Jan 6, 2009

Basic Composition #1- Know Your Subject

Have you ever had the experience of looking back through photos from a trip and finding some that you aren't really sure where you took them or what they are of?

I hope that isn't just me.

Sometimes it is the simplest thing that escapes your brain when taking a photo... the subject. Of course, when you are standing there with a camera, your mind has already taken in the context of what is going on. What gets captured in the image however, may not really bring back the feelings or experience of where you were that inspired you to get the camera out. This is also what makes vacation slide shows so boring for people who weren't there. If the photos aren't bringing back your feelings, they are really dead to people who have no internal reference to where they were taken.

What is this a snapshot of? Bus? Cars? Fountain? Building? Did something happen here?

Kodak v530, Auto, f3.8, 1/160, no flash, iso80

Actually, I was trying to get the parking lot full of Mercedes, Porsches etc. but failed miserably.

The first thing to consider when taking intentional photos is "What is the subject?" The rest of the why, when, where and how revolve around being able to figure out what the picture is about. If the picture doesn't have a defined subject (or subjects), it becomes more difficult to comprehend. It makes less sense as a photo and more sense as abstract art. Nothing wrong with that, just know what you are going for.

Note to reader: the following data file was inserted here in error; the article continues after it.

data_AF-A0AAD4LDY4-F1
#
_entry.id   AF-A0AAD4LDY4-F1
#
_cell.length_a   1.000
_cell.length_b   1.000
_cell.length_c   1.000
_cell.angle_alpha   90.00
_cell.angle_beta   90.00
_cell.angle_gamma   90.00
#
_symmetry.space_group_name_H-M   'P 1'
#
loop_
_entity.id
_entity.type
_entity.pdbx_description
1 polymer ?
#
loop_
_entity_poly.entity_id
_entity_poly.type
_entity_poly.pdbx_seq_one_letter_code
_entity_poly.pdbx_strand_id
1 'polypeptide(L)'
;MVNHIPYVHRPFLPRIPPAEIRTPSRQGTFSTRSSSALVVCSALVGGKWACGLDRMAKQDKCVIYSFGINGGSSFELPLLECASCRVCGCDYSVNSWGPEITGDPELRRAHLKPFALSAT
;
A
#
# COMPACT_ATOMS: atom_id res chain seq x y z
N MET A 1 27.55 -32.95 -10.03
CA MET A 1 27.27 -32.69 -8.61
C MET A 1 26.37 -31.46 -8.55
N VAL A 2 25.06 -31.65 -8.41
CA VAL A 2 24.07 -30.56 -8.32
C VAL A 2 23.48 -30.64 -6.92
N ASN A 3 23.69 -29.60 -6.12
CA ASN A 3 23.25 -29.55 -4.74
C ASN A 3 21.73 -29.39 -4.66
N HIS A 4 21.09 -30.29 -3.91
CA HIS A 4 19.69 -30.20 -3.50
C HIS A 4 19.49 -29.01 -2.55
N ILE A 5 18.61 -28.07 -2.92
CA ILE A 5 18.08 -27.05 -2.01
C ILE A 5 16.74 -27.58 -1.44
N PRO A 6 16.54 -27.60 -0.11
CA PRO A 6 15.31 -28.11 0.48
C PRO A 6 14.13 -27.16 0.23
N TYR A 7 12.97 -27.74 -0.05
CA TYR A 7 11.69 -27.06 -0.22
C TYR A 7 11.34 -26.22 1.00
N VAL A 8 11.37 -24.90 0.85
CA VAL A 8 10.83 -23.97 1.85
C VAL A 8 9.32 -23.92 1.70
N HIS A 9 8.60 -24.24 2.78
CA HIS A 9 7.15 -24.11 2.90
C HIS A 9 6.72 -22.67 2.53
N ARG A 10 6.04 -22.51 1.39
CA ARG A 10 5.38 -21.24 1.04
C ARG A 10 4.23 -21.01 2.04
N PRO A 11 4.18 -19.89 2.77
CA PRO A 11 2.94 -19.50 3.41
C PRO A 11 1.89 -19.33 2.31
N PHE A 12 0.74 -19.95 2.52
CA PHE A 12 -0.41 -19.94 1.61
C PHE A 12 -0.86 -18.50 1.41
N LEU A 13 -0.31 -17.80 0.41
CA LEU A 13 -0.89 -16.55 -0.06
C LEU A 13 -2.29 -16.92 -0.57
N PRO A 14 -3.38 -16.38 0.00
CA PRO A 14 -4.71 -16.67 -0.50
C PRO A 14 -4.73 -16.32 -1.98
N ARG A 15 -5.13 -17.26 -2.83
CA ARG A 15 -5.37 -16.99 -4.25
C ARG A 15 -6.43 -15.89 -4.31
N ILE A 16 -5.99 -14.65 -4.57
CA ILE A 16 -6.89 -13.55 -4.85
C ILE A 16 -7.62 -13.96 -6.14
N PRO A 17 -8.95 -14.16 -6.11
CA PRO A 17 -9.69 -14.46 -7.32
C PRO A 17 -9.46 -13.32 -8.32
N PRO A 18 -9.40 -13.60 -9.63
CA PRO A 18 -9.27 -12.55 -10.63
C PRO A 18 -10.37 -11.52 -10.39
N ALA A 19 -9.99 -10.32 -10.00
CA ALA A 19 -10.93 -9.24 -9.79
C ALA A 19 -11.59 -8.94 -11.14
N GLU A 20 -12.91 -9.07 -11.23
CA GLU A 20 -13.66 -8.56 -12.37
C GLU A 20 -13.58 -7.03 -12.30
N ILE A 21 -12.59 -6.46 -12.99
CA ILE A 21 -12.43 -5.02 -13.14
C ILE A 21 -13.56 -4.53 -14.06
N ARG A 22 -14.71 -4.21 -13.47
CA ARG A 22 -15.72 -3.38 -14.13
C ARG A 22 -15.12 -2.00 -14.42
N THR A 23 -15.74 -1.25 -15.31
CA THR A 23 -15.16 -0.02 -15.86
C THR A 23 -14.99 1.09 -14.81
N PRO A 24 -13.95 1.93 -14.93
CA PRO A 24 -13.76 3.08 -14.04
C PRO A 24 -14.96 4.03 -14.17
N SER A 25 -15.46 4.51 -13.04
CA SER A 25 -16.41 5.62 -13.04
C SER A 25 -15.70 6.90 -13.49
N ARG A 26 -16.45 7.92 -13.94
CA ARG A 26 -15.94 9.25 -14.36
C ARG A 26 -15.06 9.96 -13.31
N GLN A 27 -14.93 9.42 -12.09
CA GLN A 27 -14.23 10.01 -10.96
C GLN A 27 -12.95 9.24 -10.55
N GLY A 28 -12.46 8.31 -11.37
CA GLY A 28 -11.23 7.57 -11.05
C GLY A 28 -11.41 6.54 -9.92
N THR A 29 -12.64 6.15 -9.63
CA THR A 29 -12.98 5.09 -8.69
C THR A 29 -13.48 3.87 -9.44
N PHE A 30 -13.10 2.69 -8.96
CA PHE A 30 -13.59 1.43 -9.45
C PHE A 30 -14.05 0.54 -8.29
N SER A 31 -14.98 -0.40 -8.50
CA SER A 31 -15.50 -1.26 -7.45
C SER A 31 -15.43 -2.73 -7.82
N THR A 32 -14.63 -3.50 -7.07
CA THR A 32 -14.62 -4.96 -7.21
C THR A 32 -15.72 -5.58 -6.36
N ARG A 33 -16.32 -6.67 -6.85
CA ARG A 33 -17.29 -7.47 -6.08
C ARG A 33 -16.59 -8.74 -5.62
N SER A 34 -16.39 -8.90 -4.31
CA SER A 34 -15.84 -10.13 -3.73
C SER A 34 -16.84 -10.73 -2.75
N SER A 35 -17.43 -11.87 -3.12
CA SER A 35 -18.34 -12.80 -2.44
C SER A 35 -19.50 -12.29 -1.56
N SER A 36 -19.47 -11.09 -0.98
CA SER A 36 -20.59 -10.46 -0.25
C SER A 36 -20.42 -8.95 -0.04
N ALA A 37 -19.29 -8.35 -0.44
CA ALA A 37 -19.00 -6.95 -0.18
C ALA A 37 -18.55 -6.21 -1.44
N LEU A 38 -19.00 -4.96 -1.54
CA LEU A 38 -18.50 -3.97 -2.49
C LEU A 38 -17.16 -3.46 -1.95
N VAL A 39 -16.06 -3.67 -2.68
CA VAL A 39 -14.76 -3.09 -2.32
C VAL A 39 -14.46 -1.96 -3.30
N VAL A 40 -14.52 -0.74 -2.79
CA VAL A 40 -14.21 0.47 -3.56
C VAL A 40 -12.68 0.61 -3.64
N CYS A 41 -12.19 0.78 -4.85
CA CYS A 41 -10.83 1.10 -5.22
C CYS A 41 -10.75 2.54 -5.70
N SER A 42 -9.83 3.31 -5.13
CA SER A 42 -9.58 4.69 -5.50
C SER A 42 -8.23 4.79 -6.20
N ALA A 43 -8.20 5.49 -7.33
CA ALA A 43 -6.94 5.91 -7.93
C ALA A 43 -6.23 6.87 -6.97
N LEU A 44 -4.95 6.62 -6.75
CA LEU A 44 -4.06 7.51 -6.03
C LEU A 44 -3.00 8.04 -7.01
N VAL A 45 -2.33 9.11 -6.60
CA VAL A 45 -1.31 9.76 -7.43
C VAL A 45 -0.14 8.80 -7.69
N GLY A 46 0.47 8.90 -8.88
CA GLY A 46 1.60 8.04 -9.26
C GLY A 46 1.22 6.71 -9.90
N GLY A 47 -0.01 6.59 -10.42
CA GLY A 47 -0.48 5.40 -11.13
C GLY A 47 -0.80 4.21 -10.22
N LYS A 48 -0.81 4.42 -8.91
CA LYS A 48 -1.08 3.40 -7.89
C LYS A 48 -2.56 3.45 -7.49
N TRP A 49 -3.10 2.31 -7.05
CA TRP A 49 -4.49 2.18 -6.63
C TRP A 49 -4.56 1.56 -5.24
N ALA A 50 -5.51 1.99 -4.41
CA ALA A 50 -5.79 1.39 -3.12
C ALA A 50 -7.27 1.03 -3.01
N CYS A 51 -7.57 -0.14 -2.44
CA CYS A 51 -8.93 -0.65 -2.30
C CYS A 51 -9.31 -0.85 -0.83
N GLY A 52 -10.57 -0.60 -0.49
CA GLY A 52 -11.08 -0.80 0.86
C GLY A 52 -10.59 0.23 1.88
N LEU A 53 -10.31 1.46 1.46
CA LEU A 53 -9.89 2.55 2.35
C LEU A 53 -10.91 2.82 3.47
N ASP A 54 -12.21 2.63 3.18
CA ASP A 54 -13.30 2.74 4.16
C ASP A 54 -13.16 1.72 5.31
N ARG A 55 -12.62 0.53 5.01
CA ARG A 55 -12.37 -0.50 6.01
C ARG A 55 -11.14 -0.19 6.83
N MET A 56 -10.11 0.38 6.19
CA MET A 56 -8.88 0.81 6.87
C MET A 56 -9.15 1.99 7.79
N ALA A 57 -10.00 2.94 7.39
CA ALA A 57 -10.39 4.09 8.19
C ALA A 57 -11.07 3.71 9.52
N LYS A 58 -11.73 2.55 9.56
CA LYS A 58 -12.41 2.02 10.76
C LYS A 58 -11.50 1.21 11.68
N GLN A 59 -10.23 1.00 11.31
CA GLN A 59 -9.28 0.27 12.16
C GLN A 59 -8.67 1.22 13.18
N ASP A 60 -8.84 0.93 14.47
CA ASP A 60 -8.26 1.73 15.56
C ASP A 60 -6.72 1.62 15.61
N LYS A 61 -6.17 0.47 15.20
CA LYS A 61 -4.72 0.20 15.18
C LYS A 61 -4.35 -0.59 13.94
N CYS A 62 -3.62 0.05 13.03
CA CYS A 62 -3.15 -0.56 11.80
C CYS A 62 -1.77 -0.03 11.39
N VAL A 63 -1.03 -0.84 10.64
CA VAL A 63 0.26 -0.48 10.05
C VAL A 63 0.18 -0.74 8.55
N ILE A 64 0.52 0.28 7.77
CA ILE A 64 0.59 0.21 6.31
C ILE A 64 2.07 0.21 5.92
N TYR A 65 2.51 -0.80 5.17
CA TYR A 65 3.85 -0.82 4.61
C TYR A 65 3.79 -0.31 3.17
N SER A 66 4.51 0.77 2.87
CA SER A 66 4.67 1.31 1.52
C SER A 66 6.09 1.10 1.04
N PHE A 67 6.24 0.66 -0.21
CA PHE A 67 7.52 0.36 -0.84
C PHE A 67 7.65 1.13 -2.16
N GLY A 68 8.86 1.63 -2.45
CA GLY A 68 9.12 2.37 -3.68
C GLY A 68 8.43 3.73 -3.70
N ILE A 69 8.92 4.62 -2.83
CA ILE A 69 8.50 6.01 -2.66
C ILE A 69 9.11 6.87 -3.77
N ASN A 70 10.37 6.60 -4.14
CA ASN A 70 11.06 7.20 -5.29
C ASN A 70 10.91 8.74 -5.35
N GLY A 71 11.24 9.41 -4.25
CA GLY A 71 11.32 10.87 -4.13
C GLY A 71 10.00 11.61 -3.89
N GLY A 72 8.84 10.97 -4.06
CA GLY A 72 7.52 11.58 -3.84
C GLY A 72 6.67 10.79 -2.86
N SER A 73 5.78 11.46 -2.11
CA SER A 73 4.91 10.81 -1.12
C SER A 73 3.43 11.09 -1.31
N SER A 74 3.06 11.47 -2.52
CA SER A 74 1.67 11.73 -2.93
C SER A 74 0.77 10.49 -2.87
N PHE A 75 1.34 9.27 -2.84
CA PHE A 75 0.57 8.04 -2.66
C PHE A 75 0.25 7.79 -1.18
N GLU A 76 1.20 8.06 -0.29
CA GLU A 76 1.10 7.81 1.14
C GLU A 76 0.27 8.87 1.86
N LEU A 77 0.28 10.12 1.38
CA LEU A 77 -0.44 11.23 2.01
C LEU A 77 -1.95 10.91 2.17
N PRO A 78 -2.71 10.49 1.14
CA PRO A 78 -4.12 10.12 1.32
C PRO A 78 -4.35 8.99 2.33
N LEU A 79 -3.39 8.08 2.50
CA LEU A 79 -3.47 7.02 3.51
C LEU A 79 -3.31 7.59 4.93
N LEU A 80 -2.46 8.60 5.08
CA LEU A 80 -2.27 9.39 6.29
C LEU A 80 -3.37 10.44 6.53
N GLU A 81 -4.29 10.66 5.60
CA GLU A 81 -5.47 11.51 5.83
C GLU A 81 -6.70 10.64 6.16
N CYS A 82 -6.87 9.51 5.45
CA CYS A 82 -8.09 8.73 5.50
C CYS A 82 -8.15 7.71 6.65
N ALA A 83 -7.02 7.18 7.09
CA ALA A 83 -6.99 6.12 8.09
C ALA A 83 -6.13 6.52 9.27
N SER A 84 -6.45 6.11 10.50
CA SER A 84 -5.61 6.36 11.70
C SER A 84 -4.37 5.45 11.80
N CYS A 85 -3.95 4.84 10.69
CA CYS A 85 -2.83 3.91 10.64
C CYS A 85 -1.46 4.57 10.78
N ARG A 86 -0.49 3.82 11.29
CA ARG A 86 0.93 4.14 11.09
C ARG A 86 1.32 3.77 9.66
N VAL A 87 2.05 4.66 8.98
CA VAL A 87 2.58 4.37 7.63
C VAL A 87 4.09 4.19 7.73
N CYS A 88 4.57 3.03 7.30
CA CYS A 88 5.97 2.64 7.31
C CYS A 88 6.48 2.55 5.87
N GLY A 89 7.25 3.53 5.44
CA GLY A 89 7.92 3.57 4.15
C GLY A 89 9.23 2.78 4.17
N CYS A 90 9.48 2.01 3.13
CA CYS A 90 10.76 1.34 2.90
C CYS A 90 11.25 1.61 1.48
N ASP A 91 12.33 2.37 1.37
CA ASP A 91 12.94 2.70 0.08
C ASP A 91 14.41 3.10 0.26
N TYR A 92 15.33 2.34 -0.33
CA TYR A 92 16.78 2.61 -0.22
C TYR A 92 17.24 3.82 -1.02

After deciding what the subject really is, the fun creative part can begin... putting that subject in a context that gives it meaning and feeling.

This is a bit better... still a snapshot, but at least we have something to look at. This was in 2005, before the Smart cars were being sold in the U.S.A. It made her Mini look quite spacious.
Kodak v530, Auto, f2.8, 1/100, iso125, flash on

I will write about separating foreground, middle and background later, but in thinking about the subject, you can also be intentional about where it is in the photo, and how it relates to whatever else you put in the frame. Too many unrelated details and you just get clutter, to few details and you leave unanswered questions when someone looks at the photo.

A little thought went into the composition here, with the car in the foreground, artist renderings on the wall and engines in the background... hopefully it gives a sense of place to the subject, which is the Ferrari Enzo.

Kodak v530, Auto, f2.8, 1/60, iso125, flash on

Yes I enjoy shooting pictures of cars, especially Ferraris.

When you have the camera in your hand, it is easy to assume that what you are seeing is what the picture will be. In reality, the resulting image is a small, two-dimensional, visual-only reminder of what you were looking at. Making sure that you know what you are trying to capture is the first step to creating an image that can take you back to that place, and even let other people experience it as well.

Please note also that I am not saying to stop shooting snapshots. Sometimes they turn out great, or that is all the time you have to capture a moment. When you do have a moment to consider the shot, all the better. The practice of intentionally selecting a subject will gradually become habit and the snapshots will get better too.

don j.

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